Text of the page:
One of the biggest challenges of living in an RV (for me personally and, I’m sure, many others) is reliable internet access. It’s tricky to get a decent connection from many homes in the US so, trying to do that from something without an address or utilities is a pretty big deal. Being an IT guy it’s my life line and how I keep fuel and food in the house.

Naturally, the main plan is to use the available wifi networks at RV parks. It’s typically included in the price of the spot and isn’t stellar most of the time. Sometimes it’s just downright unusable. There are many times, however, when the wifi is unbearably slow and quite over-saturated, and a surprising number of RV parks are devoid of any wifi at all. We have, unfortunately, already stumbled onto 2 of those such parks.


The other great (i.e. cheap) option is to pick up wifi from other locations that aren’t the RV park. Restaurants are a nice option for this as they typically won’t be secured with a password, and you can use the wifi from out in the parking lot if you’re not up for buying a meal and sitting inside. I will address concerns with using an unsecured wifi network in another post later, but it’ll do in a pinch. We also spent a good amount of time in a local library with an excellent wifi connection. The main draw back though is that you have to leave the house to go find the wifi, and sit in a parking lot or at a table to use it.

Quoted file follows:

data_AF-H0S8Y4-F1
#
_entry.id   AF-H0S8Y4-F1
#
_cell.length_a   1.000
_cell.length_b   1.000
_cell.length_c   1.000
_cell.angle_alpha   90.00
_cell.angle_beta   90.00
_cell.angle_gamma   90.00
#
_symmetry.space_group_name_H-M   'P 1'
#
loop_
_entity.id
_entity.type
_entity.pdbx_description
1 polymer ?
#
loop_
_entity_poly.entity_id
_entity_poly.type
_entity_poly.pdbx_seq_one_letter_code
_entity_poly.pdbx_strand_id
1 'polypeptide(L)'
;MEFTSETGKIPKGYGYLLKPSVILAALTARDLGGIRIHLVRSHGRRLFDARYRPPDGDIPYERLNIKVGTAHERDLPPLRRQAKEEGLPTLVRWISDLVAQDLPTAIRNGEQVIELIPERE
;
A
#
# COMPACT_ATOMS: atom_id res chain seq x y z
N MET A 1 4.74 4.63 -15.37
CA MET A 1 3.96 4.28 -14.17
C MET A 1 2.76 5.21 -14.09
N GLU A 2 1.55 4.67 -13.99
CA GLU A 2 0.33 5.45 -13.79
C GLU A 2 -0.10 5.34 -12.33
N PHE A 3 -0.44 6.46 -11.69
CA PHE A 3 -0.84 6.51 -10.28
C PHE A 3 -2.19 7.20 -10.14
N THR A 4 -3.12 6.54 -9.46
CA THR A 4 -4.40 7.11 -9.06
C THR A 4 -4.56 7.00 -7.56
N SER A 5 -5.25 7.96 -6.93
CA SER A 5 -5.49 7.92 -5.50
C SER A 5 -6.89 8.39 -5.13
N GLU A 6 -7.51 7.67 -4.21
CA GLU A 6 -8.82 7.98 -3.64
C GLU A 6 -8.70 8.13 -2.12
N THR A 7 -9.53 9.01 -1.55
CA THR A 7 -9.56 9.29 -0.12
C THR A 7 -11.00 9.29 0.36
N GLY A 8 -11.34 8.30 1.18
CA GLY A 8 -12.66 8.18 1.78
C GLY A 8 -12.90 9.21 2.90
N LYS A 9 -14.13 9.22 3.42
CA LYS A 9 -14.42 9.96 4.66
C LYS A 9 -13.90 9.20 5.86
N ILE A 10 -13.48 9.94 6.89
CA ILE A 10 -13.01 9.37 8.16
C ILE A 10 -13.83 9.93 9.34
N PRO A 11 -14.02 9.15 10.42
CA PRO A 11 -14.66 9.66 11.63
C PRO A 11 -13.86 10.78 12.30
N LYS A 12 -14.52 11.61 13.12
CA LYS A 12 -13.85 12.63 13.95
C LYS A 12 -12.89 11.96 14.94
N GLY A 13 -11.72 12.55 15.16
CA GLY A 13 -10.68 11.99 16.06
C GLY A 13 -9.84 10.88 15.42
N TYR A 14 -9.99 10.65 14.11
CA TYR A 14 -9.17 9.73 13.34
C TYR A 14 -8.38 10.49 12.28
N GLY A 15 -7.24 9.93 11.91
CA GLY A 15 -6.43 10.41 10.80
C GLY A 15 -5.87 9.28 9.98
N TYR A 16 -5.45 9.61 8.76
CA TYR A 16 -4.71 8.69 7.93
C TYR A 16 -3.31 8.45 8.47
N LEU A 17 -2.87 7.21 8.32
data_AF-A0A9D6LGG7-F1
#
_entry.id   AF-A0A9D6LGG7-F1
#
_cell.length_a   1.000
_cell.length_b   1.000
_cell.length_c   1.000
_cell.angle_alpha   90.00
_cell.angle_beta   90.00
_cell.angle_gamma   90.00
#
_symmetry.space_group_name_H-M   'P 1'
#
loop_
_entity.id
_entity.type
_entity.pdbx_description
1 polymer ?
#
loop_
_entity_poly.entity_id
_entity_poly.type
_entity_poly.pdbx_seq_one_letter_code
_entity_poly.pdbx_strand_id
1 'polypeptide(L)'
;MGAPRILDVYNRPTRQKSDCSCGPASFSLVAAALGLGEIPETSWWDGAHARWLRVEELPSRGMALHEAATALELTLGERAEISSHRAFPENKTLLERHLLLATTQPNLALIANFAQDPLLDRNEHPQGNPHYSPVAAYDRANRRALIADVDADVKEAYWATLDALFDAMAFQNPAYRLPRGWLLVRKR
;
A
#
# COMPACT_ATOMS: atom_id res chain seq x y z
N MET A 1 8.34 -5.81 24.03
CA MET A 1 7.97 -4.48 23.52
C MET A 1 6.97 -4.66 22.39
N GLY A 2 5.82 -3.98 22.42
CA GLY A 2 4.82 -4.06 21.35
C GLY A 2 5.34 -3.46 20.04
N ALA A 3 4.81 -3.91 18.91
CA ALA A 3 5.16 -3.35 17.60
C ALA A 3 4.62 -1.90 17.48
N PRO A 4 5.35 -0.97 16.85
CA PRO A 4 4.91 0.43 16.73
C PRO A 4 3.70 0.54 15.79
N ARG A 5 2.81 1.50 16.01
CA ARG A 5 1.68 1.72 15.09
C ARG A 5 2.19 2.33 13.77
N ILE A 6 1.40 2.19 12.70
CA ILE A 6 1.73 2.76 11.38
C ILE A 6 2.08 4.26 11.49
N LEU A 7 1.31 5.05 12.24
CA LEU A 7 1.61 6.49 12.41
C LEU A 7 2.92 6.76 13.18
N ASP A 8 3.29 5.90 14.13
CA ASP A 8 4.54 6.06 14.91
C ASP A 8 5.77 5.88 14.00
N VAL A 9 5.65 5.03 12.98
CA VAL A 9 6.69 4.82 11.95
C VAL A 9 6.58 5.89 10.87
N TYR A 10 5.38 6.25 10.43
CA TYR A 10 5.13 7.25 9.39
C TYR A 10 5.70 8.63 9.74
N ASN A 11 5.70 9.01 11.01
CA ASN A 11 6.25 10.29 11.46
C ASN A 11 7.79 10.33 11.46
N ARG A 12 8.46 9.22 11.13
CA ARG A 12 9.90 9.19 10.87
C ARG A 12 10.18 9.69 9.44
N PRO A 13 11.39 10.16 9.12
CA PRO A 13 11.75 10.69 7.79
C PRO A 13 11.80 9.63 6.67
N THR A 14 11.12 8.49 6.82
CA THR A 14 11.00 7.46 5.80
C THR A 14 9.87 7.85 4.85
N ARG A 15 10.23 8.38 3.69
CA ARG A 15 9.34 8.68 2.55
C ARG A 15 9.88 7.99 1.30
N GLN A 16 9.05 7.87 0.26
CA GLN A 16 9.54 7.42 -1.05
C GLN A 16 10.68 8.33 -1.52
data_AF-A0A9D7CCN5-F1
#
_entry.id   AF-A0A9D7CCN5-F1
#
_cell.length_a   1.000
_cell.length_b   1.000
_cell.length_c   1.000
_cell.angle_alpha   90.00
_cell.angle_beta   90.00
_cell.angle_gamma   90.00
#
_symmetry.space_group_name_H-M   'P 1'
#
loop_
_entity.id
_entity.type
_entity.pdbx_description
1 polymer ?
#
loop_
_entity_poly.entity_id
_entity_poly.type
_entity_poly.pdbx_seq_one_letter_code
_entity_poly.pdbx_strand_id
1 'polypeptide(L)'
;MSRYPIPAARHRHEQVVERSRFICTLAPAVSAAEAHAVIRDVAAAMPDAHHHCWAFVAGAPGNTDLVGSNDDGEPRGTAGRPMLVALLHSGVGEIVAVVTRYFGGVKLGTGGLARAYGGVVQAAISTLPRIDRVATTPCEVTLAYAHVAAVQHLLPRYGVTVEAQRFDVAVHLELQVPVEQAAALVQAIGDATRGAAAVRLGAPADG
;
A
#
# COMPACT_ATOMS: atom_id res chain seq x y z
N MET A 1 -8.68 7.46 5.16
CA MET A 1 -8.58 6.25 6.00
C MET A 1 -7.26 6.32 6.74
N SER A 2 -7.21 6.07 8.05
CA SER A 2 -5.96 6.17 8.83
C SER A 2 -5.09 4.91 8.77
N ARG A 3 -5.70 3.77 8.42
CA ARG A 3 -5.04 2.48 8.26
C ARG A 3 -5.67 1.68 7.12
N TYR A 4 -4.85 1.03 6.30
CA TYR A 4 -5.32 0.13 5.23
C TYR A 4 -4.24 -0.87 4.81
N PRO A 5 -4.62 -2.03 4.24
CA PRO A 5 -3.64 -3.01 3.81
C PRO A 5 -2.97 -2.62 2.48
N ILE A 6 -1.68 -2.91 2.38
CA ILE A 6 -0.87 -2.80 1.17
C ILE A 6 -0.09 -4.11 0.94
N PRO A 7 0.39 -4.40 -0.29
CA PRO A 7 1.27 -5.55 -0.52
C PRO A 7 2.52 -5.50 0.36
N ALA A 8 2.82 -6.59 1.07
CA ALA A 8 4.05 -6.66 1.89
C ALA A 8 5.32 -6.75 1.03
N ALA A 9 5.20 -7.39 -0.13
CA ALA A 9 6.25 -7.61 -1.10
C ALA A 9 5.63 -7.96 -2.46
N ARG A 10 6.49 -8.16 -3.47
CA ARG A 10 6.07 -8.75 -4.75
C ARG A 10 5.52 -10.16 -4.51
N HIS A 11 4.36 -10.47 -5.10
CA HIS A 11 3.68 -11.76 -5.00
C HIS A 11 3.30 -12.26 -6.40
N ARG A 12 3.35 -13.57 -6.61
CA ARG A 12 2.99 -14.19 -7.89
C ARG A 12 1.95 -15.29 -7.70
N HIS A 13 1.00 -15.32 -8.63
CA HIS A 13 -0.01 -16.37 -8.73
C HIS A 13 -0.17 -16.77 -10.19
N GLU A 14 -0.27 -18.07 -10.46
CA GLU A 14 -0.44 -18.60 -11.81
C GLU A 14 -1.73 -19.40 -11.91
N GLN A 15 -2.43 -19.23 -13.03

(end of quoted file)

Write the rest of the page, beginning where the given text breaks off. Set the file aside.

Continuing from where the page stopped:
The solution to dismal or non-existent wifi we are currently using (for now) is the Verizon JetPack MiFi device. I added one to my cell phone data plan before we left and we’ve had a few weeks now to realize the pros and cons of this arrangement.

Pros: It’s always where we are and it’s definitely fast when you have 4G LTE signal.

Cons: The price. It’s incredible what cell companies charge for data, and how much even just a typical website uses to load these days! A few hours on Facebook and you’ve sucked down a gig or more.

This isn’t the final plan as far as internet goes, but it’s what I decided to start with. It’s a learning experience. Even with plenty of other full-time RV’ers out there using various technologies and reviewing them, I wanted to go this route and evaluate it for my needs. I have now, and the verdict is:  I will keep this handy near my laptop for emergencies but cannot rely on it for regular use.

The hunt for a better setup for daily use is still on…

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